After the very entertaining “Power Rangers” tribute “Super Task Force One,” I like where director Steve Rudzinski’s head is. He seems interested in delivering audiences good old fashioned genre entertainment, and he has the talent to back up the ambition. Even with the obvious rock bottom budgets, he can churn out some amusing and charming indie films. If he’s ever given a huge budget, I think he could blow audiences out of the water.
“Captain Z & the Terror of Leviathan” begins in 1714, where a famous pirate named Captain Z halts a ritual sacrifice by a group of possessed worshippers intent on reviving the Leviathan. It’s a monstrous beast that can overtake the world, and Z’s cunning allows him to thwart their mission. Now in 2014, the local West Virginia Museum is preparing to celebrate the anniversary of the Captain Z legend, now just an urban myth. Just then, a group of hillbillies discover the ancient amulet, resurrecting the demons that possess their bodies and bring their plans back in to motion to reviver the Leviathan.
Since the movie is considerably low on budget and resources, the leviathan is never actually seen, and only hinted in small instances, but the suggestion of great evil works well. Along with the demons, Captain Z is revived as well as now works with the museums history buffs to stop the evil plans. This involves working alongside a resourceful history professor, a jaded ticket taker named Samantha, and a ditzy actress named Heather. “Captain Z & the Terror of Leviathan” is a fun horror comedy with a tight story that unfolds as creatively, and within budget, as possible. This allows the cast to improvise with one another, all the while evading the evil demons that will stop at nothing to evoke the leviathan.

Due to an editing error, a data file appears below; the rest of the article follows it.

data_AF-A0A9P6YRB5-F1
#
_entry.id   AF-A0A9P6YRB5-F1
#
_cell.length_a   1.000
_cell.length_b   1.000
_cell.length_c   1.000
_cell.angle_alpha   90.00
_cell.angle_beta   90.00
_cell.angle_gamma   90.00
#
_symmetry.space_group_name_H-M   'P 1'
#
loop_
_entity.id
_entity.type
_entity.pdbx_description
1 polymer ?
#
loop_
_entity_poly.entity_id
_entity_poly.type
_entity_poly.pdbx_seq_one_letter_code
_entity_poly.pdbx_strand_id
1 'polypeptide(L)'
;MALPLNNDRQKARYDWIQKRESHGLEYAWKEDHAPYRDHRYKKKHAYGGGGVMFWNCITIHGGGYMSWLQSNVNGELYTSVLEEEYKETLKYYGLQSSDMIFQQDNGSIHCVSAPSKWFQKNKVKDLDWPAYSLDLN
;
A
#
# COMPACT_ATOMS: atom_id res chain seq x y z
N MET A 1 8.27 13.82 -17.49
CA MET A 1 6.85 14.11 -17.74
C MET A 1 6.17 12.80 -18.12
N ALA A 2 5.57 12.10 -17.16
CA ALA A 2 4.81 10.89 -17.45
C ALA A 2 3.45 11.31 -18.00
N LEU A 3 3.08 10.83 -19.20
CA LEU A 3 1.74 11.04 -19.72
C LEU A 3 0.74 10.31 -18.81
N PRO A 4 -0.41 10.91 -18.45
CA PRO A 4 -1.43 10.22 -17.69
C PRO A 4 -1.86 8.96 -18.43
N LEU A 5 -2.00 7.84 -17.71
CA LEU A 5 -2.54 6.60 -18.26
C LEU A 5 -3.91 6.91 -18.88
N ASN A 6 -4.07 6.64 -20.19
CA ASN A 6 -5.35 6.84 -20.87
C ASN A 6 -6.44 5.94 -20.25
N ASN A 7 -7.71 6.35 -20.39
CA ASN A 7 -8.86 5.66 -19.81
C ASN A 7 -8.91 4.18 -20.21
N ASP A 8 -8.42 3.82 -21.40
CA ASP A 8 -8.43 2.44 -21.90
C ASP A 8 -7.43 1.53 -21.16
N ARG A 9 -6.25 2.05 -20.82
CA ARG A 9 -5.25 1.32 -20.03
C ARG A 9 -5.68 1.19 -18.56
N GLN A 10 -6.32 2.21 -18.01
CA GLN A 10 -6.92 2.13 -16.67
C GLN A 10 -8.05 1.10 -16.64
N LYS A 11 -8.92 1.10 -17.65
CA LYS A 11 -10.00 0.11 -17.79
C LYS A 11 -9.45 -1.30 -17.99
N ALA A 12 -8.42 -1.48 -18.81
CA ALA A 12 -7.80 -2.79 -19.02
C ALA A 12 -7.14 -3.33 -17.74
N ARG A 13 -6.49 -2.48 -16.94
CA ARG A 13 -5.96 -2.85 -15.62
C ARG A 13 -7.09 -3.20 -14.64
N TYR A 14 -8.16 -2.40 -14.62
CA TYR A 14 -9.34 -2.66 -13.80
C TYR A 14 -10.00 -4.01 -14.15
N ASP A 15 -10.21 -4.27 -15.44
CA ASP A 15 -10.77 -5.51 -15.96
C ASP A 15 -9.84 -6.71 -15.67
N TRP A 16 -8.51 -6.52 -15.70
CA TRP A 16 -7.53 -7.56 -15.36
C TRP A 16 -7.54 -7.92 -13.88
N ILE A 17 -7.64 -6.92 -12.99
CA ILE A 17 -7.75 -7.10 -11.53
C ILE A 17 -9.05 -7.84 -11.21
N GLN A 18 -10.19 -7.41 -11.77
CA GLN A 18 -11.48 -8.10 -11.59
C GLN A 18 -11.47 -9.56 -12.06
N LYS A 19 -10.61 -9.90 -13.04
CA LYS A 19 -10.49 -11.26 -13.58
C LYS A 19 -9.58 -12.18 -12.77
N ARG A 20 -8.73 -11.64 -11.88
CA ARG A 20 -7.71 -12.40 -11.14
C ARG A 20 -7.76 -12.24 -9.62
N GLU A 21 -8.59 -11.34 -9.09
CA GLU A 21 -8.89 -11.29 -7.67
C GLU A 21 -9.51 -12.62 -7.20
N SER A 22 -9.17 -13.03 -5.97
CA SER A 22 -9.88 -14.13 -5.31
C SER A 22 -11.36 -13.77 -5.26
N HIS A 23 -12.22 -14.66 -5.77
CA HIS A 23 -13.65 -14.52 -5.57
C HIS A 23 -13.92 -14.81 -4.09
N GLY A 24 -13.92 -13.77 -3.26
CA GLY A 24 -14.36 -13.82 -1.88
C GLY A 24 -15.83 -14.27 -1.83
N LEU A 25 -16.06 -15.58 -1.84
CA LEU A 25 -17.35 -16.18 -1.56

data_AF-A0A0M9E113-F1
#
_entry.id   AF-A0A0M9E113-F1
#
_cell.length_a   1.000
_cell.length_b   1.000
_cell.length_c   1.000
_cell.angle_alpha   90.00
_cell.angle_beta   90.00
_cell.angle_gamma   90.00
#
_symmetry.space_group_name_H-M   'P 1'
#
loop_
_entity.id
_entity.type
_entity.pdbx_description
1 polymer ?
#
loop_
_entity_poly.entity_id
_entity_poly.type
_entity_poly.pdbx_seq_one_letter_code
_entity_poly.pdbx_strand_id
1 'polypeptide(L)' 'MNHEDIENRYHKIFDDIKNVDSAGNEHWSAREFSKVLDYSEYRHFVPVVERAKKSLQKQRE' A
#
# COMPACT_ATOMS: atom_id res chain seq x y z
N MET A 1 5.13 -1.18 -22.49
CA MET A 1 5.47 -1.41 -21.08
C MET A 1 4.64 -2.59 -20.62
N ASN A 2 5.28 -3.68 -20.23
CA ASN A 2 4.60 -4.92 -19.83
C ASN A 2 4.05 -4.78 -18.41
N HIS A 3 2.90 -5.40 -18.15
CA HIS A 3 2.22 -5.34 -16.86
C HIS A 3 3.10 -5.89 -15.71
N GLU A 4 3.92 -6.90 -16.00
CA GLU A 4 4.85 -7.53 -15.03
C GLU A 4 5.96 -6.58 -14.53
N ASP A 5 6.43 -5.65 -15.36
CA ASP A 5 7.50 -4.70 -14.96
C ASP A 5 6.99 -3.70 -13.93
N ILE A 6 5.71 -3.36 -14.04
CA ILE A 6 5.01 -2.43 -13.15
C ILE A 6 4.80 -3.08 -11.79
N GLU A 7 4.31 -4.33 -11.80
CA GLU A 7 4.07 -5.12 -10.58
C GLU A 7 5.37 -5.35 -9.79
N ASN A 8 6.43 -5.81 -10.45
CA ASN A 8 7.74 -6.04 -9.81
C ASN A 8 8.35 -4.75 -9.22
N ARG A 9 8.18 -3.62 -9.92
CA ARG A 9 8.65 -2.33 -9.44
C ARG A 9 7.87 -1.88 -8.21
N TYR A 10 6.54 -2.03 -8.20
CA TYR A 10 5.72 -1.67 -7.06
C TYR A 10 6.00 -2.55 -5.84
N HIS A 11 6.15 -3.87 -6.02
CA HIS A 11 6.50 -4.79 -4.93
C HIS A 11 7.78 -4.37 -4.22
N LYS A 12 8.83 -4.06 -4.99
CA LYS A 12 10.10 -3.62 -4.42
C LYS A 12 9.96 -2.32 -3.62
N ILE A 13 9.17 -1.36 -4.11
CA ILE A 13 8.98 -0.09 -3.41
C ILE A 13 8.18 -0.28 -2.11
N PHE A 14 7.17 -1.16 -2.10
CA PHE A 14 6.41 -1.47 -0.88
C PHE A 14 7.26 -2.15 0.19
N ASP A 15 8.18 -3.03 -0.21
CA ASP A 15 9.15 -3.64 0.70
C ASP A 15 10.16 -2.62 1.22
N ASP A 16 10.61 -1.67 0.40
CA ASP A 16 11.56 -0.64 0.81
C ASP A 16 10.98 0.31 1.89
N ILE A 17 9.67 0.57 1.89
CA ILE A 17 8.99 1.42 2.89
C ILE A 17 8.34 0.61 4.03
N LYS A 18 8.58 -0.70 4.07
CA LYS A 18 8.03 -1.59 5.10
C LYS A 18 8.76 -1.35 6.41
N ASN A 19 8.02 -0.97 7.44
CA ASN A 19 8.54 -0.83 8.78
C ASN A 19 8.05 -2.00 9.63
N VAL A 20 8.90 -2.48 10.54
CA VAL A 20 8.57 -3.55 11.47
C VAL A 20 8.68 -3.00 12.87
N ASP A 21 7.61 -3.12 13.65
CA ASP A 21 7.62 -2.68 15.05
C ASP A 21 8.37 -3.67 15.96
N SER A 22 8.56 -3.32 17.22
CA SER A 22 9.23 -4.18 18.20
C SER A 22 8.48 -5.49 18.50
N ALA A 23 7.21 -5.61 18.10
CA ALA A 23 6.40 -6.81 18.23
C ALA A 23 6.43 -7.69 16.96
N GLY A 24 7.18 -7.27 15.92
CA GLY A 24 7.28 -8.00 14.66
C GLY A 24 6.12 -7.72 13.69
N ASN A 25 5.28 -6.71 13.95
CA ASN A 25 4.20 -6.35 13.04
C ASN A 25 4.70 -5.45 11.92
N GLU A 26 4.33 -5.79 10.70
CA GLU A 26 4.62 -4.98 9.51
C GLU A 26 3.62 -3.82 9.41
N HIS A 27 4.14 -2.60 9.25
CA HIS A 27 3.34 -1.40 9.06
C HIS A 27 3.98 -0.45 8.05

I really found Zoltan Zila’s performance as Captain Z hilarious, and Cerra Atkins is great as the aggressive Samantha. Meanwhile director Rudzinski gives a strong turn as Glen, the history aficionado who slowly reveals himself to be a resourceful foe. Madison Siple tends to steal the show, though, as the bubbly Heather whose own role in the evil plan is surprising and ironic, to say the least. The film isn’t without its flaws though, with some terrible sound effects, and wonky editing here and there. One fight scene ends with director Rudzinski cracking a smile before passing out, which distracts from the momentum of the action. That said, “Captain Z & the Terror of Leviathan” definitely kept me entertained, despite its flaws, and I hope we see more of Captain Z in the future.